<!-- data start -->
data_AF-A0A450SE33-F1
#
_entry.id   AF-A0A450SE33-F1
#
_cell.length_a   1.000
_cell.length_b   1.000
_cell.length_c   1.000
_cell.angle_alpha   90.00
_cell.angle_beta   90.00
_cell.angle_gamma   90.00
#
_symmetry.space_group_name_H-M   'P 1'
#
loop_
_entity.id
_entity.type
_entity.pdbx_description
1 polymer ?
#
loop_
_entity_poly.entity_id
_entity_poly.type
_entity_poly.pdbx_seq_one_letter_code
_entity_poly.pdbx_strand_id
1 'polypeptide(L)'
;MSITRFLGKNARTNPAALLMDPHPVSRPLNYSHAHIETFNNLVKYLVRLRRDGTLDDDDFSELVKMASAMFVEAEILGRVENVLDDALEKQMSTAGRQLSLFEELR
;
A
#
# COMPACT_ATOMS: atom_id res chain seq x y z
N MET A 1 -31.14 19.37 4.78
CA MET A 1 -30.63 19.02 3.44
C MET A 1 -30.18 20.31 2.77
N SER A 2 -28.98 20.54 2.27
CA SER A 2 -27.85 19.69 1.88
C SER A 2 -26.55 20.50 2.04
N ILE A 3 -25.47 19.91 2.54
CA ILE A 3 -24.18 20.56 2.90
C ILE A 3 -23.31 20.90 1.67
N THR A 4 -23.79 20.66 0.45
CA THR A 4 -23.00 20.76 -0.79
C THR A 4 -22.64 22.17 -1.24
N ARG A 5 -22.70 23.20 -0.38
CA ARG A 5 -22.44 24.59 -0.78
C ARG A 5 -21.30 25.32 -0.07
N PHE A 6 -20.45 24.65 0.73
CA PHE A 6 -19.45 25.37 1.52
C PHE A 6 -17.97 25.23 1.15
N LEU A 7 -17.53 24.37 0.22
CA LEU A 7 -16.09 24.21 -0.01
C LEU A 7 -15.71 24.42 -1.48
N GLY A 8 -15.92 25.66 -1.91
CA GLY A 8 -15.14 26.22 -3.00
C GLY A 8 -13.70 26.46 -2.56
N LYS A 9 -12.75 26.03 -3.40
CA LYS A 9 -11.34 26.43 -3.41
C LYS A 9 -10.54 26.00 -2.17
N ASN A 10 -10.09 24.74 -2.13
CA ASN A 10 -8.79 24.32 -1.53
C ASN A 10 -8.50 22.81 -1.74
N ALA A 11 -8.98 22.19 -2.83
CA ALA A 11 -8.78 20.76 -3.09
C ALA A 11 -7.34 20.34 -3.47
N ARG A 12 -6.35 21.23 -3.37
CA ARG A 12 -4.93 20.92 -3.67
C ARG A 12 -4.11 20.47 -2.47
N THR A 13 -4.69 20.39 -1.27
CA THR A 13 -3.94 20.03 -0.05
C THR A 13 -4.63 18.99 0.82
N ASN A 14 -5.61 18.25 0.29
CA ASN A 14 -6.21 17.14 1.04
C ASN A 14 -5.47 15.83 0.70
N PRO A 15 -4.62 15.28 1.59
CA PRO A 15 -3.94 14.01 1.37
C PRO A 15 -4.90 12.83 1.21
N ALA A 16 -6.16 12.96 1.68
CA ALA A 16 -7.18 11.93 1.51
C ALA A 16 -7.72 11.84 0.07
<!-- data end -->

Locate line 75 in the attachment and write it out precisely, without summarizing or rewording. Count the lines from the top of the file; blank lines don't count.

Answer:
C PRO A 15 -4.90 12.83 1.21